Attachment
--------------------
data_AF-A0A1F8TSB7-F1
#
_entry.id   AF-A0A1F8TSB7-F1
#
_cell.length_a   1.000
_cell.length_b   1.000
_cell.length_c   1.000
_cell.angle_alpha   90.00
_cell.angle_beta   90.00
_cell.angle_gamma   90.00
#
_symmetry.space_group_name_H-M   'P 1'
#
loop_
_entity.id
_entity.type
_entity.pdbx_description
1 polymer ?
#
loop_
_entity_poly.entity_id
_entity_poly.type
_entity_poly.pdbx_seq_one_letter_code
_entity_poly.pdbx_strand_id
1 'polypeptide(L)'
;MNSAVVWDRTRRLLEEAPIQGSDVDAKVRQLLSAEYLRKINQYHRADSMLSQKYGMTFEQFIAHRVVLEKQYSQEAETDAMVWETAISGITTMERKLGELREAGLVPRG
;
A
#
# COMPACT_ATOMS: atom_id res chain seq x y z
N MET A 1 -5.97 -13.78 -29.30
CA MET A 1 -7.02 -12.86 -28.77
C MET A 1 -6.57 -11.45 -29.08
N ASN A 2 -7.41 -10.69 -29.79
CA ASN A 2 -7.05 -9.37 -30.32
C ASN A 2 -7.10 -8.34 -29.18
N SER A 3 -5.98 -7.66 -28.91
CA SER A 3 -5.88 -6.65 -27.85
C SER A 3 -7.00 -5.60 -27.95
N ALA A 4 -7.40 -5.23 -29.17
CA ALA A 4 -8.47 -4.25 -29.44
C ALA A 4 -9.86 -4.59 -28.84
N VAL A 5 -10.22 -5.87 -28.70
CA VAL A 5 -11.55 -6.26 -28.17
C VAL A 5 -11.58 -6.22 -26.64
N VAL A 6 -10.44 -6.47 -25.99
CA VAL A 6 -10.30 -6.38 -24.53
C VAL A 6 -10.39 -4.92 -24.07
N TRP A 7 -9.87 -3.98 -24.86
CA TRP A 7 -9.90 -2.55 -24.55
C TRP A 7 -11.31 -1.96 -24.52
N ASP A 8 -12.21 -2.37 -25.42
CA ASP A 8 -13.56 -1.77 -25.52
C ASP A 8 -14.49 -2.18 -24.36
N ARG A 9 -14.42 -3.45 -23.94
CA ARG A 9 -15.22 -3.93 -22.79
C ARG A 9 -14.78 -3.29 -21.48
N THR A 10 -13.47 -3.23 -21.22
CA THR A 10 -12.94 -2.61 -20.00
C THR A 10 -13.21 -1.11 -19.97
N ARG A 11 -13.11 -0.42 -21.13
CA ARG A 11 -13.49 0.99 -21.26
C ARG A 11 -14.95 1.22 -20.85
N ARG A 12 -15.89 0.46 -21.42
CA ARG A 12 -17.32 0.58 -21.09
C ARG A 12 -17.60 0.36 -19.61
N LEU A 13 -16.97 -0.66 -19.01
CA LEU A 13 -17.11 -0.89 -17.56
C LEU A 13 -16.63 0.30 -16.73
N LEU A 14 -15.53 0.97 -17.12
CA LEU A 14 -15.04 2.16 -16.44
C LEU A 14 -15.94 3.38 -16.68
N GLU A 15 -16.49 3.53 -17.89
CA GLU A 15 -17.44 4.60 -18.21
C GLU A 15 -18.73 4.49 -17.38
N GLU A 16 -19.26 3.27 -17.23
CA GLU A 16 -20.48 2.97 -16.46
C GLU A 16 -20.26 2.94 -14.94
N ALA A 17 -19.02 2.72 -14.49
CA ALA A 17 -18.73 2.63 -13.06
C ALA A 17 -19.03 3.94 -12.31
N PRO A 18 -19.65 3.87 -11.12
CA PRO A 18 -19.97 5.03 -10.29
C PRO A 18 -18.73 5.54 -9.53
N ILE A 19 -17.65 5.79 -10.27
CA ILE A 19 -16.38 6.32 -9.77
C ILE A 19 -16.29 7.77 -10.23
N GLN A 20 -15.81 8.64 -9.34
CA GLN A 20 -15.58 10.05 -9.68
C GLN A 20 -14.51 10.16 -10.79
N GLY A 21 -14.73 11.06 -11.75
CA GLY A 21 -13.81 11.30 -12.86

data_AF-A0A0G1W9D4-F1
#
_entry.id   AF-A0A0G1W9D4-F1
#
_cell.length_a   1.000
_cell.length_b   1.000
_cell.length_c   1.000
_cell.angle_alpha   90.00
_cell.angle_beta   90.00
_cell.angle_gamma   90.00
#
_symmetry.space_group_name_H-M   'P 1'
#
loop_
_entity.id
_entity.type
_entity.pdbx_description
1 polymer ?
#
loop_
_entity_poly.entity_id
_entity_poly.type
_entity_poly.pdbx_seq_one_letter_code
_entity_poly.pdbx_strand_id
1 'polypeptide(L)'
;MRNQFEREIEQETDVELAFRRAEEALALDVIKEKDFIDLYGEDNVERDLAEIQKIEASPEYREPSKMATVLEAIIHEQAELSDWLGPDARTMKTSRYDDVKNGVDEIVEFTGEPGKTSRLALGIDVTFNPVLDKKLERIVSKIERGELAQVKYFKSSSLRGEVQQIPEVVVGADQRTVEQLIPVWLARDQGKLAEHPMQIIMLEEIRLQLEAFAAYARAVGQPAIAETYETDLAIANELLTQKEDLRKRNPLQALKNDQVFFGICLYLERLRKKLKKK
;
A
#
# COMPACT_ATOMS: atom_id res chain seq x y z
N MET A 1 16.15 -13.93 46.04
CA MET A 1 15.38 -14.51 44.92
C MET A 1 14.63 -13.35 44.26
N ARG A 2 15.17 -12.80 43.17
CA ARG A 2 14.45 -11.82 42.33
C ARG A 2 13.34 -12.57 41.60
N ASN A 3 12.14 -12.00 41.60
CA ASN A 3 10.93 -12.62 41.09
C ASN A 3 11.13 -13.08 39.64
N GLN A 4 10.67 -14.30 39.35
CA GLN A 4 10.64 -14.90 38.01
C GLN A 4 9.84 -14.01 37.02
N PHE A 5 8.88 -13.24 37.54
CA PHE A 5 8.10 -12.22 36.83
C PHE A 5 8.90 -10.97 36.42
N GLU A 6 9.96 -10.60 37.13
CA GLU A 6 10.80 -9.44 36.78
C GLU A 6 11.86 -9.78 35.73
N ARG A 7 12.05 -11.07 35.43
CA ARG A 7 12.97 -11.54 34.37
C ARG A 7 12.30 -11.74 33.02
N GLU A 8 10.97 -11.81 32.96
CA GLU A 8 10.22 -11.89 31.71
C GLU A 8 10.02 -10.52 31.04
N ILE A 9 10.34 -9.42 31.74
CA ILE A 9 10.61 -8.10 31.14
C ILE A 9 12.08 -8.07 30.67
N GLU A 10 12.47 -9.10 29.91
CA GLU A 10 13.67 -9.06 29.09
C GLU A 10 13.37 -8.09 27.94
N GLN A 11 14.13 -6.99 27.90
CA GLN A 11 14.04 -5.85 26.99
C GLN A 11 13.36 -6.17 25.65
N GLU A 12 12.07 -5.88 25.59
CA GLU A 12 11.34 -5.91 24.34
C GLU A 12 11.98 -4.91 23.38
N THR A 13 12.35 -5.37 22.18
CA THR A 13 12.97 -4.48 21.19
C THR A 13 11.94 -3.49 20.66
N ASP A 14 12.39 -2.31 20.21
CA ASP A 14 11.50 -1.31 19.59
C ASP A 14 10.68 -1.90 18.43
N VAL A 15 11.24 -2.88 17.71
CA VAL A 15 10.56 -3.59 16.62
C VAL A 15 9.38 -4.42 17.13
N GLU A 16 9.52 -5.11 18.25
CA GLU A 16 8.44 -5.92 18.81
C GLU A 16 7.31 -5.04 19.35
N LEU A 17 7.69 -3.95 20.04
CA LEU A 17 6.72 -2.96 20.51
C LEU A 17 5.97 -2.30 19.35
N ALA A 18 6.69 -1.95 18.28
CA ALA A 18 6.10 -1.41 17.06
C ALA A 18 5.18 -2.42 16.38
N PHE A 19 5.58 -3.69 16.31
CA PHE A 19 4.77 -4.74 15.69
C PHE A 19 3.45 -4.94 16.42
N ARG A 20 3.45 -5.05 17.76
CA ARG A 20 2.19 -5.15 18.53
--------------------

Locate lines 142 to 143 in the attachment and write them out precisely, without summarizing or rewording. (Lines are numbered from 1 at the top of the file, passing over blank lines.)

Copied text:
CA ARG A 7 12.97 -11.54 34.37
C ARG A 7 12.30 -11.74 33.02